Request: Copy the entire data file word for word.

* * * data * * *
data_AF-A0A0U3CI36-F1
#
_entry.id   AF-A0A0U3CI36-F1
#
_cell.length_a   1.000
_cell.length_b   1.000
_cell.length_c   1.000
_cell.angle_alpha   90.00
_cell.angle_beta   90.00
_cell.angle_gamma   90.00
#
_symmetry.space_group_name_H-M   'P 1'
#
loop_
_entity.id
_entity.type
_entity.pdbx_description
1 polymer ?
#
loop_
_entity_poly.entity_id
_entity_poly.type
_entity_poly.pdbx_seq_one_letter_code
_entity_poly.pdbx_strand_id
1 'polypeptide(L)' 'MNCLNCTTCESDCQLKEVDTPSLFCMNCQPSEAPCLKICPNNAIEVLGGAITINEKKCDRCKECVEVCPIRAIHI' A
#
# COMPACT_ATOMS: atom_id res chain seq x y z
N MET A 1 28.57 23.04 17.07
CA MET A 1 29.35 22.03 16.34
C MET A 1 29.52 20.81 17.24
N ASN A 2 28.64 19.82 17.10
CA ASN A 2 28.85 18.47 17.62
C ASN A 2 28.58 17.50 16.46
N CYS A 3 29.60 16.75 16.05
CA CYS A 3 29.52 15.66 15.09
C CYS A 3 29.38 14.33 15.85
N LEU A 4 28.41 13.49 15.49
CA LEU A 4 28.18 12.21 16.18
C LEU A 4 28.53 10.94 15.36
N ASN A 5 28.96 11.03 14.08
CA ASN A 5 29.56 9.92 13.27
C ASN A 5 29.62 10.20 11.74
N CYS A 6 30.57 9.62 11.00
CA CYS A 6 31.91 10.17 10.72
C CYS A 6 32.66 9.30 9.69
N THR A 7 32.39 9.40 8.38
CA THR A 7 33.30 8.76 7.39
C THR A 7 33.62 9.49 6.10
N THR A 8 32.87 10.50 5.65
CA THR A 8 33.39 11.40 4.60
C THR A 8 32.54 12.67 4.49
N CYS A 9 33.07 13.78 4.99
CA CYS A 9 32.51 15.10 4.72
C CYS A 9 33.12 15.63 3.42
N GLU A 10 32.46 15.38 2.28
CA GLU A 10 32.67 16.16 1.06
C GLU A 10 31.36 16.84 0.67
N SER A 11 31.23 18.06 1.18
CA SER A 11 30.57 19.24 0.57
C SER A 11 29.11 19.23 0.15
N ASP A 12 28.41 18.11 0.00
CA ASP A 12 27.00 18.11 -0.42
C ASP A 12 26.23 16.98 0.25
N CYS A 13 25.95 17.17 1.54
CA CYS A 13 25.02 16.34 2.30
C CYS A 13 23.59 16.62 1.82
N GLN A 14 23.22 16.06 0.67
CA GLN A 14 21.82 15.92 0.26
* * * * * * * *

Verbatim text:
data_AF-A0A0U3CI36-F1
#
_entry.id   AF-A0A0U3CI36-F1
#
_cell.length_a   1.000
_cell.length_b   1.000
_cell.length_c   1.000
_cell.angle_alpha   90.00
_cell.angle_beta   90.00
_cell.angle_gamma   90.00
#
_symmetry.space_group_name_H-M   'P 1'
#
loop_
_entity.id
_entity.type
_entity.pdbx_description
1 polymer ?
#
loop_
_entity_poly.entity_id
_entity_poly.type
_entity_poly.pdbx_seq_one_letter_code
_entity_poly.pdbx_strand_id
1 'polypeptide(L)' 'MNCLNCTTCESDCQLKEVDTPSLFCMNCQPSEAPCLKICPNNAIEVLGGAITINEKKCDRCKECVEVCPIRAIHI' A
#
# COMPACT_ATOMS: atom_id res chain seq x y z
N MET A 1 28.57 23.04 17.07
CA MET A 1 29.35 22.03 16.34
C MET A 1 29.52 20.81 17.24
N ASN A 2 28.64 19.82 17.10
CA ASN A 2 28.85 18.47 17.62
C ASN A 2 28.58 17.50 16.46
N CYS A 3 29.60 16.75 16.05
CA CYS A 3 29.52 15.66 15.09
C CYS A 3 29.38 14.33 15.85
N LEU A 4 28.41 13.49 15.49
CA LEU A 4 28.18 12.21 16.18
C LEU A 4 28.53 10.94 15.36
N ASN A 5 28.96 11.03 14.08
CA ASN A 5 29.56 9.92 13.27
C ASN A 5 29.62 10.20 11.74
N CYS A 6 30.57 9.62 11.00
CA CYS A 6 31.91 10.17 10.72
C CYS A 6 32.66 9.30 9.69
N THR A 7 32.39 9.40 8.38
CA THR A 7 33.30 8.76 7.39
C THR A 7 33.62 9.49 6.10
N THR A 8 32.87 10.50 5.65
CA THR A 8 33.39 11.40 4.60
C THR A 8 32.54 12.67 4.49
N CYS A 9 33.07 13.78 4.99
CA CYS A 9 32.51 15.10 4.72
C CYS A 9 33.12 15.63 3.42
N GLU A 10 32.46 15.38 2.28
CA GLU A 10 32.67 16.16 1.06
C GLU A 10 31.36 16.84 0.67
N SER A 11 31.23 18.06 1.18
CA SER A 11 30.57 19.24 0.57
C SER A 11 29.11 19.23 0.15
N ASP A 12 28.41 18.11 0.00
CA ASP A 12 27.00 18.11 -0.42
C ASP A 12 26.23 16.98 0.25
N CYS A 13 25.95 17.17 1.54
CA CYS A 13 25.02 16.34 2.30
C CYS A 13 23.59 16.62 1.82
N GLN A 14 23.22 16.06 0.67
CA GLN A 14 21.82 15.92 0.26